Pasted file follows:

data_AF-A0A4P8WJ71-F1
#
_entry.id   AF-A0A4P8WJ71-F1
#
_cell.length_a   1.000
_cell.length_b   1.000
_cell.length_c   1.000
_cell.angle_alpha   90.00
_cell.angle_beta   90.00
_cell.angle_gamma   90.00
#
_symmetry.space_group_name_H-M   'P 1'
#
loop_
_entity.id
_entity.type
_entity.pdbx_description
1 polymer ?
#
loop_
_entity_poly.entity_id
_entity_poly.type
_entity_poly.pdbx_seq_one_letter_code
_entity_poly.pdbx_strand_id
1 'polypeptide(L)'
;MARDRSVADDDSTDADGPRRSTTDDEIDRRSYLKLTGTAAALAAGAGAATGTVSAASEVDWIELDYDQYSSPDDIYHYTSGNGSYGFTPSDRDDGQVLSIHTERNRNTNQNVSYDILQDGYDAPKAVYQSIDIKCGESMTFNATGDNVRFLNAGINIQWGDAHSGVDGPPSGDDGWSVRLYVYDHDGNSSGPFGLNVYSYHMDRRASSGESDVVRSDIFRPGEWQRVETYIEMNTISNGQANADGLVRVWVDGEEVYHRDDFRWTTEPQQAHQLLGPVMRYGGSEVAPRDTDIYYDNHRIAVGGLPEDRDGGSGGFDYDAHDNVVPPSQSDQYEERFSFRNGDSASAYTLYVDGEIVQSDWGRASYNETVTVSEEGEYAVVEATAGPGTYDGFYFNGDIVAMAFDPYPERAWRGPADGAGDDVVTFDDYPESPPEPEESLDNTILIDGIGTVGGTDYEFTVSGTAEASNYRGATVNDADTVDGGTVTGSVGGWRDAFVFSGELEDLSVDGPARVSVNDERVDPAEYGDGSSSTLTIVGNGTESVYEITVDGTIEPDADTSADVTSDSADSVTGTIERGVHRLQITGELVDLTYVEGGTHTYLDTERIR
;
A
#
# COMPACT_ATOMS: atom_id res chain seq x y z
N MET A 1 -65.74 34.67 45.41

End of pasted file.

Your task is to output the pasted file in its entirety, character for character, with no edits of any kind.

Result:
data_AF-A0A4P8WJ71-F1
#
_entry.id   AF-A0A4P8WJ71-F1
#
_cell.length_a   1.000
_cell.length_b   1.000
_cell.length_c   1.000
_cell.angle_alpha   90.00
_cell.angle_beta   90.00
_cell.angle_gamma   90.00
#
_symmetry.space_group_name_H-M   'P 1'
#
loop_
_entity.id
_entity.type
_entity.pdbx_description
1 polymer ?
#
loop_
_entity_poly.entity_id
_entity_poly.type
_entity_poly.pdbx_seq_one_letter_code
_entity_poly.pdbx_strand_id
1 'polypeptide(L)'
;MARDRSVADDDSTDADGPRRSTTDDEIDRRSYLKLTGTAAALAAGAGAATGTVSAASEVDWIELDYDQYSSPDDIYHYTSGNGSYGFTPSDRDDGQVLSIHTERNRNTNQNVSYDILQDGYDAPKAVYQSIDIKCGESMTFNATGDNVRFLNAGINIQWGDAHSGVDGPPSGDDGWSVRLYVYDHDGNSSGPFGLNVYSYHMDRRASSGESDVVRSDIFRPGEWQRVETYIEMNTISNGQANADGLVRVWVDGEEVYHRDDFRWTTEPQQAHQLLGPVMRYGGSEVAPRDTDIYYDNHRIAVGGLPEDRDGGSGGFDYDAHDNVVPPSQSDQYEERFSFRNGDSASAYTLYVDGEIVQSDWGRASYNETVTVSEEGEYAVVEATAGPGTYDGFYFNGDIVAMAFDPYPERAWRGPADGAGDDVVTFDDYPESPPEPEESLDNTILIDGIGTVGGTDYEFTVSGTAEASNYRGATVNDADTVDGGTVTGSVGGWRDAFVFSGELEDLSVDGPARVSVNDERVDPAEYGDGSSSTLTIVGNGTESVYEITVDGTIEPDADTSADVTSDSADSVTGTIERGVHRLQITGELVDLTYVEGGTHTYLDTERIR
;
A
#
# COMPACT_ATOMS: atom_id res chain seq x y z
N MET A 1 -65.74 34.67 45.41